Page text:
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Carjackings Up Significantly In Philadelphia Compared To 2021; Residents In Fairmount Fear They're Next Target

PHILADELPHIA (CBS) -- It's not just shootings on the rise in Philadelphia, so are carjackings. There have been 91 carjackings so far this year, compared to just 24 at the same time last year.

Philadelphia police have recovered a car that they saw was part of a foiled carjacking attempted Wednesday night. An off-duty Philadelphia police officer says the white Honda rear-ended his Chevy Malibu at Ogontz and Olney Avenues. He followed the car into Lower Merion.

Police later found the Honda and two suspects in Overbrook.

Police Commissioner Danielle Outlaw spoke Thursday afternoon about the carjacking surge in Philly.

"Philadelphia has seen an increase in the number of carjackings taken place," Outlaw said. "Unfortunately, this trend is not unique to Philadelphia. I know that those words bring little comfort right now to our community members, many of whom are experiencing fear and uncertainty, but I do hope that we will ease their fears. I do hope that they know and understand that the Philadelphia Police Department is actively working to identify and apprehend the individuals committing these crimes."

The police commissioner says the department is deploying more resources to catch suspects and to prevent carjackings before they happen.

In the meantime, some are fearful and afraid they could be next.

"I love Fairmount, I want nothing more than to stay in Fairmount," Laura Velasco said.

But Velasco isn't so sure it's the safest move. At least not since she says it seems her neighborhood is under siege by a ring of carjackers.

The startling reality for this mother.

"If it's me getting carjacked, that's fine, I hand over my keys," she said. "I can't have that happening to my son."

Philadelphia has seen a tripling of carjackings in just the last few weeks compared to the same time last year.

Video from Fairmount shows one carjacking in broad daylight.

"If you look at the video, you can see that there are two people and they are just kind of waiting and they very calmly walk up to the car and they take it from the neighbor," Velasco said.

Departure from the norm, what concerns neighbors as these carjackings are no longer happening in the middle of the night but at any time of day.

"Suddenly, I'm like, 'oh, these carjackings are really getting close to home,' and then two days later, there was one in broad daylight," Velasco said, "and I'm like, 'oh this is not just don't be in your car at 11 o'clock at night."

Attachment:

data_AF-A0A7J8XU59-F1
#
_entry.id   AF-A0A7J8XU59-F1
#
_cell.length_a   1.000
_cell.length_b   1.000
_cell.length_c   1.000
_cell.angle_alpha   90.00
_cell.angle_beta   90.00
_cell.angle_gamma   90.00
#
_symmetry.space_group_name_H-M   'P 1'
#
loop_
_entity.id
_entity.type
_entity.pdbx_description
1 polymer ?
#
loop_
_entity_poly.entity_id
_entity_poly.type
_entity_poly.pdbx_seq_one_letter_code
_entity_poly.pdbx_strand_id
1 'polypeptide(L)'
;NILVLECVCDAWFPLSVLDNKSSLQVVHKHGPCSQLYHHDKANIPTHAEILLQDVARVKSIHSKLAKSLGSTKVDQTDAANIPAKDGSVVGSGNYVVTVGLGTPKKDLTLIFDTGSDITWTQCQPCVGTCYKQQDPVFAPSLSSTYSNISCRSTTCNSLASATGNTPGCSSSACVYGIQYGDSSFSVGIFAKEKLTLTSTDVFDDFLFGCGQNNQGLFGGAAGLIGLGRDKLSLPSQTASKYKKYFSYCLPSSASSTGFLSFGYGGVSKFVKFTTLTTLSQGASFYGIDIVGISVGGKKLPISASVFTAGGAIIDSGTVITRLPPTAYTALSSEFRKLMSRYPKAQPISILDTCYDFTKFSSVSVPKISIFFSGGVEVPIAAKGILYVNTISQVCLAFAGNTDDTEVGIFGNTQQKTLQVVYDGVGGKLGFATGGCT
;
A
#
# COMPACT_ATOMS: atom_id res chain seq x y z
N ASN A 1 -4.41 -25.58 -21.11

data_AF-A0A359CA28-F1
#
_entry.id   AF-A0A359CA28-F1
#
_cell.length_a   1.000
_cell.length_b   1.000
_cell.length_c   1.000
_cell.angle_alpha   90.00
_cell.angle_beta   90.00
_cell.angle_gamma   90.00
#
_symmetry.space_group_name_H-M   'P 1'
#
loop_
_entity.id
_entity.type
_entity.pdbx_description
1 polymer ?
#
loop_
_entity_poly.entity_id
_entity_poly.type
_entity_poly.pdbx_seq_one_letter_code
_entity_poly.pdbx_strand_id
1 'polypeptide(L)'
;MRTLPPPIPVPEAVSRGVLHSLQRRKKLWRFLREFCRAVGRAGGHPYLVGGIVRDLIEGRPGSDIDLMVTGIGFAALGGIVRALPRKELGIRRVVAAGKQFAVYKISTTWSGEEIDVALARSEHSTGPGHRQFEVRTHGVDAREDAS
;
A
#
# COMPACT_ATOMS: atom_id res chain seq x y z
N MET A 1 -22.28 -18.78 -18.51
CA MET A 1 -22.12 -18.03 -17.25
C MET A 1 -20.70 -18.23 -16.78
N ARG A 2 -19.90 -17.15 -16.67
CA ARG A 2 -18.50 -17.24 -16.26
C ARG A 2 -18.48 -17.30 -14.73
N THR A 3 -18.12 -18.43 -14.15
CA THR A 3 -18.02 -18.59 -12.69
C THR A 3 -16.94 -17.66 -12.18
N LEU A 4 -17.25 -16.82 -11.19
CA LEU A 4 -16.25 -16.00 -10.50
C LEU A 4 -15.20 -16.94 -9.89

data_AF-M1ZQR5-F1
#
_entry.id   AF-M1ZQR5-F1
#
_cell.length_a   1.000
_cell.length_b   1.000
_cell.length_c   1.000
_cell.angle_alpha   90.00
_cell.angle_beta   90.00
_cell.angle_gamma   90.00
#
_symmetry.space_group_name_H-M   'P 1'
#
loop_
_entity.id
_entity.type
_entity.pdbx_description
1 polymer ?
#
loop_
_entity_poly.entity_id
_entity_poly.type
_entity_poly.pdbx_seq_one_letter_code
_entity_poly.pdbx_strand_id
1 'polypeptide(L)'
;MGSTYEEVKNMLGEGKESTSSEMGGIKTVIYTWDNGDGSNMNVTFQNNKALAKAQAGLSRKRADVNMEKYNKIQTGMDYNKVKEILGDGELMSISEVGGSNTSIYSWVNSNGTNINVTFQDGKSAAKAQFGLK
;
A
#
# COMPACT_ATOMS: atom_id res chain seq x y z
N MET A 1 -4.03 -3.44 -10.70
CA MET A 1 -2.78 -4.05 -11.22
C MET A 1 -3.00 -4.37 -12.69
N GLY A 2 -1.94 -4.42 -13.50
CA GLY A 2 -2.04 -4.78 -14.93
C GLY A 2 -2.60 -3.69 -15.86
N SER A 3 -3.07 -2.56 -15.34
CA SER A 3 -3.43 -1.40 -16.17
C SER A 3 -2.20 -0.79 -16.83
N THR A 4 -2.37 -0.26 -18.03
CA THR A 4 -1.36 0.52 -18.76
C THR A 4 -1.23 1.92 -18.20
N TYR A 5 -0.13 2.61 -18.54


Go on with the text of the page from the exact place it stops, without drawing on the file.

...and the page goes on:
The unnerving crime motivated Velasco to email Philadelphia City Council President Darrell Clarke's office.

She typed, "I now fear getting out of my car every day."

A staff member responded noting their concerns and that police would be alerted.

Velasco also messaged me.

"Essentially, they said they're taking some action, but they can't really tell us what the action is, because it is -- a police strategy," Velasco said.

For now, Velasco says she and her husband keep their heads on a swivel, but her real fear is for her son.

"You get to your car door and you're either getting in or getting out and someone comes and more than likely they will have a gun and they will point it at you," she said, "which is my concern for my son. I don't want a gun pointed at him."

With these crimes on the rise, Philadelphia police want to make sure residents know how to stay safe. They say look at what they call hot spots for carjackings -- any time you're getting in and out of your car, in your driveway, or parking lots and garages, at gas stations and ATMs and on streets with poor lighting.

There are also two common scenarios to keep in mind. One is called "bump and run." That's when someone bumps into your car and when you get out to look at the damage, another person steals it, If you feel threatened, stay inside, drive somewhere safe and call 911.

Here's another scenario. Criminals will also call for food deliveries. Then when the food gets there, they take the delivery driver's car.

Here are some safety tips from the police. First, make it a habit to start your car and drive away immediately. You should also check around before getting in for any suspicious people or vehicles. Police suggest parking in well-lit areas and keeping your windows rolled up and doors locked.

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